By Jacob Ahlstrom | Posted - Dec 8th, 2020

 

 

 

 

New ALS Disability Bill Passed Congress, Waving the Five-Month Waiting Period for Social Security Disability Insurance

After 4 years of challenging work and 54,000 phone calls, letters, and emails to Congress from advocates like you, Congress passed a law that waives the five-month waiting period required for Social Security insurance benefits.  PR Newswire announced that, after passing Congress today, the ALS Disability Insurance Access Act now goes to Mr. Trump for presidential approval. Such bipartisan support shows that this disease is something bigger than all of us.

ALS (Amyotrophic Lateral Sclerosis) is a neurodegenerative disease that has a 100% fatality rate. It takes up to a year to diagnose and only has a 3-year life expectancy on average. An extra five-month waiting period for Social Security assistance has been one of the largest burdens placed on ALS patients and now it is being waived!  

This grand step in pushing to a cure is indebted to those who fight every day and don’t give up. Tommy May, an ALS patient, and member of the Board of Trustees of the ALS Association said:  

“People living with ALS, along with their families and supporters, created the momentum and support for this bill. We are grateful to all the members from both parties who voted to help people living with ALS and their families. Support for people with ALS is truly bipartisan." 

When the bill was introduced in 2016 it had just one sponsor in the House of Representatives. Now it has passed in the Senate 96-1.  

Such support is essential because being diagnosed with ALS generally means losing your job and employer-based insurance while at the same time taking on up to $200,000 in medical expenses. In 2000 Congress acknowledged the immense burden of ALS and waived the 2-year waiting period for Medicare but this was not enough. Because ALS progresses so quickly, any waiting period is too much. Calaneet Balas, president of the ALSA, explained:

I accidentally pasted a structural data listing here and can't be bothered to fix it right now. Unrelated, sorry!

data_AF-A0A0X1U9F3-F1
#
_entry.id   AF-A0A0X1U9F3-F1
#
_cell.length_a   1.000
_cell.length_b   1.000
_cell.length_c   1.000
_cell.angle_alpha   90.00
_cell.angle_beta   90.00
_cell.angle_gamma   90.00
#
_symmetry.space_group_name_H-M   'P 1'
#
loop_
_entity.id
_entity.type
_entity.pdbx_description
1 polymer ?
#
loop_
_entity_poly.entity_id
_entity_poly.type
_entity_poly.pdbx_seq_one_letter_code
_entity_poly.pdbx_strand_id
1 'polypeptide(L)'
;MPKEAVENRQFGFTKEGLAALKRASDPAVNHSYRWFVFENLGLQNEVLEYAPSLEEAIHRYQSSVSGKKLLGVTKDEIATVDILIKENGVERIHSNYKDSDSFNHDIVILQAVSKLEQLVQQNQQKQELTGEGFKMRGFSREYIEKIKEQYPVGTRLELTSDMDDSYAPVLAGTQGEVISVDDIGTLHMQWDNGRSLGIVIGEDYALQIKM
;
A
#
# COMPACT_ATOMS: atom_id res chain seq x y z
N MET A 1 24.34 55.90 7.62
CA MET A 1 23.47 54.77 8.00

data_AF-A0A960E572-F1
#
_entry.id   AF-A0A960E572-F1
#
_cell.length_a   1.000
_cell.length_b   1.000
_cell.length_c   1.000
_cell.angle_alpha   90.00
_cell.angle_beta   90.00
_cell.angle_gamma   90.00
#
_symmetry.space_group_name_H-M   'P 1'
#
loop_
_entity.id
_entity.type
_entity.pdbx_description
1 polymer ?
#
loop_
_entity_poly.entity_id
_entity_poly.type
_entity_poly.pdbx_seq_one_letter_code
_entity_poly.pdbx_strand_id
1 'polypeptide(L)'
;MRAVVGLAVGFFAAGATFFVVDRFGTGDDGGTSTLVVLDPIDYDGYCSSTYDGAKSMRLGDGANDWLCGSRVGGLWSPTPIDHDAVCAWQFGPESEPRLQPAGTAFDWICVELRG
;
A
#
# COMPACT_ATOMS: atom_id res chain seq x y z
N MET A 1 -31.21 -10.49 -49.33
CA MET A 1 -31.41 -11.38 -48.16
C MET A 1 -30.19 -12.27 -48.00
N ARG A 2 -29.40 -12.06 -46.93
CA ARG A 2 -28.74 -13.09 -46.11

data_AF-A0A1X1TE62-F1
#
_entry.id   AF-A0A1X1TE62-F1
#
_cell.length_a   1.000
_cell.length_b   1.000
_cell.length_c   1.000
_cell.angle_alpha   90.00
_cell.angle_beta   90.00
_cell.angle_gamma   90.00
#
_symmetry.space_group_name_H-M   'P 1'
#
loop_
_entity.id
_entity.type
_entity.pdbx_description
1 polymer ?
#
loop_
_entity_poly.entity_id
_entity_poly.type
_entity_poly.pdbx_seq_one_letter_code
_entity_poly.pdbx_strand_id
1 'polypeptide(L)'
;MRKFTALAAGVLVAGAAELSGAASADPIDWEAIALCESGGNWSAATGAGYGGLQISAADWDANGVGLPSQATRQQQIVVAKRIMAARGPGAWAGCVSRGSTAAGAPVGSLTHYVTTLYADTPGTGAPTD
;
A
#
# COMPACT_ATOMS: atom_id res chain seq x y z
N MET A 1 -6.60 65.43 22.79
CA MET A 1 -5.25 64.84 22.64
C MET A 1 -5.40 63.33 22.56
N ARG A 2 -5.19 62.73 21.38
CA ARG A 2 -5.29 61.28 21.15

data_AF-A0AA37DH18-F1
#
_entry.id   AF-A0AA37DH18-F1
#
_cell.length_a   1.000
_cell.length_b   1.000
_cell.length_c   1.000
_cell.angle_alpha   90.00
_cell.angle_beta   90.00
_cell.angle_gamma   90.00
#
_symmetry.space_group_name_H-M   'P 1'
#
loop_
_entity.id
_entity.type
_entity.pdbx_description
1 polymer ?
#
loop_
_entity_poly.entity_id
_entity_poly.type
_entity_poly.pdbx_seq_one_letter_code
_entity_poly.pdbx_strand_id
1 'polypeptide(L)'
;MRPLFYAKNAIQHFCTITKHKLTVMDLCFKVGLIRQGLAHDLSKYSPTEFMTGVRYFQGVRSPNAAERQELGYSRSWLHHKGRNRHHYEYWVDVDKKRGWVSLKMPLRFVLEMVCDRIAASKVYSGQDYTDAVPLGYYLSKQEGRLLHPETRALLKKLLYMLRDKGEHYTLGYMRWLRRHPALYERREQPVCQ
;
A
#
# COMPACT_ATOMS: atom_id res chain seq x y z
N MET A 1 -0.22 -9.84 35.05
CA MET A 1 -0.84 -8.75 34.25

"Because of its degenerative and often aggressive nature, some people living with ALS lose their fight with the disease before the five-month waiting period is over," Balas added. "It is essential that we eliminate this harmful waiting period and allow immediate access to disability benefits for those who have received an ALS diagnosis."   

There is a lot of research that shows that starting treatment at the beginning of ALS progression is essential to prolonging life expectancy. This bill is the key to making this possible for ALS patients.  

 
 

 
Jacob Ahlstrom
About the Author

Jacob Ahlstrom - Jacob is a Neuroscience undergraduate at Brigham Young University. Jacob's interest in researching and writing about ALS is fueled by his hope to make the process easier for everyone else. Over the last year he has worked alongside Seth Christensen to find ways to educate and connect ALS patients.

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